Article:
Thursday, May 31, 2012

Is emphasis on body image in the media harmful to females only?

I have mentioned to my fans at Eating to Live, Not the Alternative on Facebook that I am currently enrolled in an exceptionally interesting and personally meaningful course this summer. If you don't know, I am in graduate school at the University of South Florida in the Rehabilitation and Mental Health Counseling Program. I am taking a course that hits pretty close to home. It is called: Obesity and Eating Disorders.

Well, weekly assignments include discussion posts to a particular, possibly controversial topic in the world of body image, obesity and eating disorders. This weeks discussion topic: 

Is emphasis on body image in the media harmful to females only?

There is a significant body of knowledge out there that addresses the impact of the media on body image on adolescent girls. Social comparison significantly influences girl’s attitude about themselves. However in the last few decades males are exposed to imagers of their idealized body type and these images have an impact on the male psych as well. Adolescent boys as well as girls are pressured to engage in potentially unhealthy behaviors to achieve these idealized body sizes and shapes. Is this just another “catastrophizing “ of a situation that affects just a very small minority or is it an alarming trend in our culture that has ongoing and exacerbating psychological implications for boys. Discuss.

Hmm... Here is my two cents worth of a response:

I have done tons of research on the effects of media on body image. It is absolutely true that there is a significantly larger amount of research dedicated to the effects of media on female body image rather than male. However, the amount of research studies does not take away from the data that IS available. That data shows that the emphasis on body image has an impact on both genders.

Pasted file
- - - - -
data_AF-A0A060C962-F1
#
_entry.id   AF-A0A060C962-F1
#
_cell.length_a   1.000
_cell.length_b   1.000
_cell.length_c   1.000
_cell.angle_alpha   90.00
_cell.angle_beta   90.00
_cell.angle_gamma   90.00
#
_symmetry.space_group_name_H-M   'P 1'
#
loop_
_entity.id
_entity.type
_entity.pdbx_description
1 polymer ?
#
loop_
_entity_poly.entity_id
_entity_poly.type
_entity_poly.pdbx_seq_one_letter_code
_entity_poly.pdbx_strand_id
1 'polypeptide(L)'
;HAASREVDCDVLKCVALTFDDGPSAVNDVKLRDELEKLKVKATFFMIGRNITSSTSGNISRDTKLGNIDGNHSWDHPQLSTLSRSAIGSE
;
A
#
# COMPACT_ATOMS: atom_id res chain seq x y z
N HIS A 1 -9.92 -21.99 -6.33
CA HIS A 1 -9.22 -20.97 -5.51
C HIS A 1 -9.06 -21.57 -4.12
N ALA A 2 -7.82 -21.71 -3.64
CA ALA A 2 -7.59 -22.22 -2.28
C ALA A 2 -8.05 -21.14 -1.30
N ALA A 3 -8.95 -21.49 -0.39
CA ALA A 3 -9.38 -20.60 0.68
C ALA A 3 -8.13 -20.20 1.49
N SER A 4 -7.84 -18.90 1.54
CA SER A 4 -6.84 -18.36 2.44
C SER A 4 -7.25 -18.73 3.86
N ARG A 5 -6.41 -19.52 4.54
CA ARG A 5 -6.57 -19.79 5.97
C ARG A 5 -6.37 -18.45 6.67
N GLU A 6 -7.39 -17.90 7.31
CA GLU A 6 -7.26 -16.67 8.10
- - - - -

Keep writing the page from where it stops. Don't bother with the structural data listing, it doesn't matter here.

Although data shows that a larger percentage of females develop eating disorders, males are not immune to the effects of images in media. Media is a multi-billion dollar business for a reason. It works. And, its not going anywhere. Photoshop and digital enhancements will only become more digitally enhanced. Fashion will only continue to evolve and create trends "to die for"...or, to diet for... or, to bulk muscle up for... or, to slim down for... or, in the case of ED's, to starve or purge for. What happens when a male or female "fails" at achieving the body type or image they see in digitally enhanced mass media? They either become obsessed with it or, they lose hope. Hence, the cycle of eating disorders and obesity for BOTH males and females.

So, "is this just another “catastrophizing “ of a situation that affects just a very small minority or is it an alarming trend in our culture?"

--First of all, disordered eaters and obese Americans are NOT a small minority. MILLIONS of people suffer from ED's.

From the National Eating Disorder Association:

"Did you know...

Nearly 10 million females and 1 million males in the U.S. are battling an eating disorder such as anorexia or bulimia, while millions more suffer from binge eating disorder?"

How can you consciously label 1 million males seriously suffering from an eating disorder as a "small minority"? And, allow me to point out that these statistics are based on the DIAGNOSED eating disordered population. Trust me, there is surely a sadly large amount of people who suffer from ED's that never get diagnosed. I know this to be true because I was one of them and I know more that fall into that same undiagnosed category.

--Secondly, how could the internalization of mostly-impossible-to-achieve and wildly unrealistic digitally enhanced FAKE images in media which have empirically been shown time and time again to be a huge causal factor in eating disorder development not be considered something with an alarming trend? Did you know eating disorders are the #1 psychiatric KILLER? Is that NOT alarming?

I am alarmed...

No comments:

Post a Comment